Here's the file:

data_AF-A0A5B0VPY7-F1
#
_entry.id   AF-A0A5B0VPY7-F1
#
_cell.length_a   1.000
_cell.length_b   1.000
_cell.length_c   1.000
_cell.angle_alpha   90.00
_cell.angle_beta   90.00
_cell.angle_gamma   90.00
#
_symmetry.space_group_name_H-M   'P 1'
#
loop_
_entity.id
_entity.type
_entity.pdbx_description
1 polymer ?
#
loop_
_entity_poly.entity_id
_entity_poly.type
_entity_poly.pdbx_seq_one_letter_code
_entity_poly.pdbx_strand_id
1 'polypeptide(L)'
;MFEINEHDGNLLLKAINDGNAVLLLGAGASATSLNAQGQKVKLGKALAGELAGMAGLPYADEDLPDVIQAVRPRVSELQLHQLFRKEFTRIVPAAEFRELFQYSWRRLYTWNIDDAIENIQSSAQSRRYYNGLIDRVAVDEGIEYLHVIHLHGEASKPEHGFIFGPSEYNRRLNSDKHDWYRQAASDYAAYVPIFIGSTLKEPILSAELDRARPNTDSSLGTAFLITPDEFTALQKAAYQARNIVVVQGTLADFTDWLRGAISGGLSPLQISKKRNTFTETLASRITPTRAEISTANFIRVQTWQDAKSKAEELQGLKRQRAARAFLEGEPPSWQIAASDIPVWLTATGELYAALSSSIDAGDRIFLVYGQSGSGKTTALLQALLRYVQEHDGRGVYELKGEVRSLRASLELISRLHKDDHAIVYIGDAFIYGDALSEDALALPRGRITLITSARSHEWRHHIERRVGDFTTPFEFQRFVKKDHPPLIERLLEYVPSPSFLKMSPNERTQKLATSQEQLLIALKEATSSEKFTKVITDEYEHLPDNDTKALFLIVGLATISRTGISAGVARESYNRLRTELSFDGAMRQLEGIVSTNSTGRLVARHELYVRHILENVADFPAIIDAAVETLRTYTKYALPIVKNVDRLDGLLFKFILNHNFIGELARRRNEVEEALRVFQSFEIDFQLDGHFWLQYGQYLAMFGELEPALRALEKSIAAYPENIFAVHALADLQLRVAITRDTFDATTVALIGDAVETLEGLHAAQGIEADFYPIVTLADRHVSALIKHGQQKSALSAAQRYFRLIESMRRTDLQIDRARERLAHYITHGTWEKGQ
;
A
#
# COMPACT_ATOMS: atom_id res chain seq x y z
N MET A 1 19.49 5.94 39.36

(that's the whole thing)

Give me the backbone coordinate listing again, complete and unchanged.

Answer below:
data_AF-A0A5B0VPY7-F1
#
_entry.id   AF-A0A5B0VPY7-F1
#
_cell.length_a   1.000
_cell.length_b   1.000
_cell.length_c   1.000
_cell.angle_alpha   90.00
_cell.angle_beta   90.00
_cell.angle_gamma   90.00
#
_symmetry.space_group_name_H-M   'P 1'
#
loop_
_entity.id
_entity.type
_entity.pdbx_description
1 polymer ?
#
loop_
_entity_poly.entity_id
_entity_poly.type
_entity_poly.pdbx_seq_one_letter_code
_entity_poly.pdbx_strand_id
1 'polypeptide(L)'
;MFEINEHDGNLLLKAINDGNAVLLLGAGASATSLNAQGQKVKLGKALAGELAGMAGLPYADEDLPDVIQAVRPRVSELQLHQLFRKEFTRIVPAAEFRELFQYSWRRLYTWNIDDAIENIQSSAQSRRYYNGLIDRVAVDEGIEYLHVIHLHGEASKPEHGFIFGPSEYNRRLNSDKHDWYRQAASDYAAYVPIFIGSTLKEPILSAELDRARPNTDSSLGTAFLITPDEFTALQKAAYQARNIVVVQGTLADFTDWLRGAISGGLSPLQISKKRNTFTETLASRITPTRAEISTANFIRVQTWQDAKSKAEELQGLKRQRAARAFLEGEPPSWQIAASDIPVWLTATGELYAALSSSIDAGDRIFLVYGQSGSGKTTALLQALLRYVQEHDGRGVYELKGEVRSLRASLELISRLHKDDHAIVYIGDAFIYGDALSEDALALPRGRITLITSARSHEWRHHIERRVGDFTTPFEFQRFVKKDHPPLIERLLEYVPSPSFLKMSPNERTQKLATSQEQLLIALKEATSSEKFTKVITDEYEHLPDNDTKALFLIVGLATISRTGISAGVARESYNRLRTELSFDGAMRQLEGIVSTNSTGRLVARHELYVRHILENVADFPAIIDAAVETLRTYTKYALPIVKNVDRLDGLLFKFILNHNFIGELARRRNEVEEALRVFQSFEIDFQLDGHFWLQYGQYLAMFGELEPALRALEKSIAAYPENIFAVHALADLQLRVAITRDTFDATTVALIGDAVETLEGLHAAQGIEADFYPIVTLADRHVSALIKHGQQKSALSAAQRYFRLIESMRRTDLQIDRARERLAHYITHGTWEKGQ
;
A
#
# COMPACT_ATOMS: atom_id res chain seq x y z
N MET A 1 19.49 5.94 39.36